Epilepsy in the elderly: Unique challenges in an increasingly prevalent population

Publication date: January 2020Source: Epilepsy &Behavior, Volume 102Author(s): Nastasija Lezaic, Josée Roussy, Hélène Masson, Nathalie Jetté, Mark Robert KeezerAbstractElderly individuals (aged at least 60 or 65 years) represent a rapidly growing segment of the population. The incidence and prevalence of epilepsy is higher in this age group than in any other. Diagnosing epilepsy in the elderly can be challenging because the causes and clinical manifestations of seizures often differ as compared with younger individuals. Particular differential diagnoses, such as syncope and amyloid spells, are commonly encountered in the elderly population. A diagnosis of epilepsy has important implications in the older adult, many of which already present a variety of concomitant complex medical problems, such as cognitive impairment, comorbid cerebrovascular disease, and frailty. The treatment of epilepsy in the elderly is complicated by a variety of factors related to aging, including physiological changes, medical comorbidities, and polypharmacy. In this narrative review, we will address the descriptive epidemiology, clinical presentation, differential diagnosis, diagnostic evaluation, treatment, and prognosis of epilepsy in the elderly individual.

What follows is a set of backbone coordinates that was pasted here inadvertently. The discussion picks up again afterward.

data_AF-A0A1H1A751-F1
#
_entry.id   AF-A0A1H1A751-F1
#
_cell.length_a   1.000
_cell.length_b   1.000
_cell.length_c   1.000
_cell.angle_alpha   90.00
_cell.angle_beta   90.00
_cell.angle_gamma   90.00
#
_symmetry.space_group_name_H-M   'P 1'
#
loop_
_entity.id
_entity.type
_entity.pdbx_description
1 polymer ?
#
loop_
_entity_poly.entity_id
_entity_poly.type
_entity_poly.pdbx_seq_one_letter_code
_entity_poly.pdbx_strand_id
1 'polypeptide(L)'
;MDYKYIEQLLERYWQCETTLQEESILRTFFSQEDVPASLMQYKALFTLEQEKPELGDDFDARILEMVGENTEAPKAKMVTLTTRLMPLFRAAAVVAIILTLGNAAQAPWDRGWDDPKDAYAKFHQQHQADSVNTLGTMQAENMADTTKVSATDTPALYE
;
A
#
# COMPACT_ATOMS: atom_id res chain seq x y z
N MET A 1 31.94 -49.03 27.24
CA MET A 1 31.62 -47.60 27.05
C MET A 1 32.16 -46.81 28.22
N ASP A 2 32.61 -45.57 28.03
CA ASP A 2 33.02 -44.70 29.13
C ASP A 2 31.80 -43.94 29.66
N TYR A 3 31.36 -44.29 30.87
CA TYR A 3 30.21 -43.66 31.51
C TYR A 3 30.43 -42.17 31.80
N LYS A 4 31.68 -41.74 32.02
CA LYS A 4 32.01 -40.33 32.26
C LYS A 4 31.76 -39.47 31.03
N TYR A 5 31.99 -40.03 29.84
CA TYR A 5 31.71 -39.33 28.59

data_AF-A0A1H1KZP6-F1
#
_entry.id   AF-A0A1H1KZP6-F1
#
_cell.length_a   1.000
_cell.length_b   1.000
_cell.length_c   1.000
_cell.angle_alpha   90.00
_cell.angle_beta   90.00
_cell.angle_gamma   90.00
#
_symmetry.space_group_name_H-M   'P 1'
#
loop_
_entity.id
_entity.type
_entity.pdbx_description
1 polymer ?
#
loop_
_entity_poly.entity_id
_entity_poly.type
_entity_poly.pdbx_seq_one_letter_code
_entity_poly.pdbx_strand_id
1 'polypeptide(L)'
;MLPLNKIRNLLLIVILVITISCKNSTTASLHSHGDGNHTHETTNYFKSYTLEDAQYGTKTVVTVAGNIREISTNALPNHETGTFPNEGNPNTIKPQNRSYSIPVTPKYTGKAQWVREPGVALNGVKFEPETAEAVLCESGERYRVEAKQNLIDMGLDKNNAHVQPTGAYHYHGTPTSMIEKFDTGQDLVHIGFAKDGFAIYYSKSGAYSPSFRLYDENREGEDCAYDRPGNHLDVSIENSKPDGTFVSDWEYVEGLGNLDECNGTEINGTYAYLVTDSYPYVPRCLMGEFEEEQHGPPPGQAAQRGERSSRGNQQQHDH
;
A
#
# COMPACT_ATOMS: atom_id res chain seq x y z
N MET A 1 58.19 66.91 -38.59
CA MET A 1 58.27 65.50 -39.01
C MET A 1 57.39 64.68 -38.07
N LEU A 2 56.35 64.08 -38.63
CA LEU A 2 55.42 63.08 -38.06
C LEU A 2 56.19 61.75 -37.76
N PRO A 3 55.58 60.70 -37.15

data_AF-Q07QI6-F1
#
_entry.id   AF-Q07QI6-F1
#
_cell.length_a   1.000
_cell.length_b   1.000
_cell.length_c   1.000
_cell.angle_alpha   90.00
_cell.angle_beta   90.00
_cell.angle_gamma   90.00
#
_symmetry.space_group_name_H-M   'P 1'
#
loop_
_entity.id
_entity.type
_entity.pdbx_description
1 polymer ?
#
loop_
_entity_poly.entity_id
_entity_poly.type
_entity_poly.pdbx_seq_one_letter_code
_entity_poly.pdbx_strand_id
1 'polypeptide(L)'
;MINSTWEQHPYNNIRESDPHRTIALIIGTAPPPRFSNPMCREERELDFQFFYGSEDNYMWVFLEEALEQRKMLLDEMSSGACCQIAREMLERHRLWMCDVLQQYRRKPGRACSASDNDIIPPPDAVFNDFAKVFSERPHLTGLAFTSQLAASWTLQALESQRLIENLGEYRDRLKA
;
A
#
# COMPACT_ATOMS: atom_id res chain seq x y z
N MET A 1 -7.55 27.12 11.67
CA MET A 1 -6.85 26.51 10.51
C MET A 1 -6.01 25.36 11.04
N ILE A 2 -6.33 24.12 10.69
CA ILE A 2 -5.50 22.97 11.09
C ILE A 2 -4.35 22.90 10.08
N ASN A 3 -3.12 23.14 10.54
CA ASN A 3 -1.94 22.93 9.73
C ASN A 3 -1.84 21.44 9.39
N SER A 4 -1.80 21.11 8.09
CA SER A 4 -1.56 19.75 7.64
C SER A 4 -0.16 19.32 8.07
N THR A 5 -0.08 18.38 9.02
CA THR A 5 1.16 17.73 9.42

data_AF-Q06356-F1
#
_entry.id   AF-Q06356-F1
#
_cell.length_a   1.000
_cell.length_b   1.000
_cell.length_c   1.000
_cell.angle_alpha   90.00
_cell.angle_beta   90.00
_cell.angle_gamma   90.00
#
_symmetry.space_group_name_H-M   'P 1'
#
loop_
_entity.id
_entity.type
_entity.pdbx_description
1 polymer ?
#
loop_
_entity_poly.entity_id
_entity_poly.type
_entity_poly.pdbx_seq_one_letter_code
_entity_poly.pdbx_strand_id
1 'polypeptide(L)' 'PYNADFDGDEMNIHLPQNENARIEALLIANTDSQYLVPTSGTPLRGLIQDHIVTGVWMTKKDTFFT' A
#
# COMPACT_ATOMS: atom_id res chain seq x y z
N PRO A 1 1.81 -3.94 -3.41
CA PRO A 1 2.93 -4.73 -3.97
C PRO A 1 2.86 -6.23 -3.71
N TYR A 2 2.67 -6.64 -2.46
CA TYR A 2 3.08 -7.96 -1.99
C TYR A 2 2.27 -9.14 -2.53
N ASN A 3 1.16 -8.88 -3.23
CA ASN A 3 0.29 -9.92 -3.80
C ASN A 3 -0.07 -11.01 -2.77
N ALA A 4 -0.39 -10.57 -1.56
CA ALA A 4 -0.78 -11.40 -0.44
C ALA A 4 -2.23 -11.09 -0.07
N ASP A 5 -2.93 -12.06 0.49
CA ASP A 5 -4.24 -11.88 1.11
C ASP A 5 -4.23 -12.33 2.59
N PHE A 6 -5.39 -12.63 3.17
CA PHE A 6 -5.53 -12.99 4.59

Source: Epilepsy and Behavior - Category: Neurology Source Type: research

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